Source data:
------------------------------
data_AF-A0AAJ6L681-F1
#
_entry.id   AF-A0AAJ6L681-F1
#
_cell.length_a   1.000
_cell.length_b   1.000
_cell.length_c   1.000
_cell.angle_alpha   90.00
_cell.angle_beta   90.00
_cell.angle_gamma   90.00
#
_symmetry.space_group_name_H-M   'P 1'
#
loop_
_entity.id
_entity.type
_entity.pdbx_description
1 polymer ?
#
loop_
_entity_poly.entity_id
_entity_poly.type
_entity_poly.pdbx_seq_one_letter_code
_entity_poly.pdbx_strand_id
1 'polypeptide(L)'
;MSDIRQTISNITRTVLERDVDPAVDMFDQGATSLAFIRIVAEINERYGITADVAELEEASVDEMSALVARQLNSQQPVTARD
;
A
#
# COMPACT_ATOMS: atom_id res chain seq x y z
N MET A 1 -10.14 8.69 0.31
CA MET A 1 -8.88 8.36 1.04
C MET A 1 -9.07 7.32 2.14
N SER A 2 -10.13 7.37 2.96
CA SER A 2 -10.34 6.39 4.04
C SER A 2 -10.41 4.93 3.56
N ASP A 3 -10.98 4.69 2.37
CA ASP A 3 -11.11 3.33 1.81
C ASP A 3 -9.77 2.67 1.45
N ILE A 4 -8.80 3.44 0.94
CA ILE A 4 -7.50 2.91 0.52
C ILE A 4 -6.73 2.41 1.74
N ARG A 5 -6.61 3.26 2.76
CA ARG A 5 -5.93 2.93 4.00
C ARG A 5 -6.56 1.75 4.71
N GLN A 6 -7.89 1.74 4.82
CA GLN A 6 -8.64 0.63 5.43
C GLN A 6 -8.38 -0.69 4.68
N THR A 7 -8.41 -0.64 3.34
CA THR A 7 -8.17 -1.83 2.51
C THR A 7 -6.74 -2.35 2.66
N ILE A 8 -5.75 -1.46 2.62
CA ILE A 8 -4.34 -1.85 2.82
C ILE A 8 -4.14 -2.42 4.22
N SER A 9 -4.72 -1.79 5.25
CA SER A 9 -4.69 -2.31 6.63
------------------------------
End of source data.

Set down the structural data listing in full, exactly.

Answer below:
data_AF-A0AAJ6L681-F1
#
_entry.id   AF-A0AAJ6L681-F1
#
_cell.length_a   1.000
_cell.length_b   1.000
_cell.length_c   1.000
_cell.angle_alpha   90.00
_cell.angle_beta   90.00
_cell.angle_gamma   90.00
#
_symmetry.space_group_name_H-M   'P 1'
#
loop_
_entity.id
_entity.type
_entity.pdbx_description
1 polymer ?
#
loop_
_entity_poly.entity_id
_entity_poly.type
_entity_poly.pdbx_seq_one_letter_code
_entity_poly.pdbx_strand_id
1 'polypeptide(L)'
;MSDIRQTISNITRTVLERDVDPAVDMFDQGATSLAFIRIVAEINERYGITADVAELEEASVDEMSALVARQLNSQQPVTARD
;
A
#
# COMPACT_ATOMS: atom_id res chain seq x y z
N MET A 1 -10.14 8.69 0.31
CA MET A 1 -8.88 8.36 1.04
C MET A 1 -9.07 7.32 2.14
N SER A 2 -10.13 7.37 2.96
CA SER A 2 -10.34 6.39 4.04
C SER A 2 -10.41 4.93 3.56
N ASP A 3 -10.98 4.69 2.37
CA ASP A 3 -11.11 3.33 1.81
C ASP A 3 -9.77 2.67 1.45
N ILE A 4 -8.80 3.44 0.94
CA ILE A 4 -7.50 2.91 0.52
C ILE A 4 -6.73 2.41 1.74
N ARG A 5 -6.61 3.26 2.76
CA ARG A 5 -5.93 2.93 4.00
C ARG A 5 -6.56 1.75 4.71
N GLN A 6 -7.89 1.74 4.82
CA GLN A 6 -8.64 0.63 5.43
C GLN A 6 -8.38 -0.69 4.68
N THR A 7 -8.41 -0.64 3.34
CA THR A 7 -8.17 -1.83 2.51
C THR A 7 -6.74 -2.35 2.66
N ILE A 8 -5.75 -1.46 2.62
CA ILE A 8 -4.34 -1.85 2.82
C ILE A 8 -4.14 -2.42 4.22
N SER A 9 -4.72 -1.79 5.25
CA SER A 9 -4.69 -2.31 6.63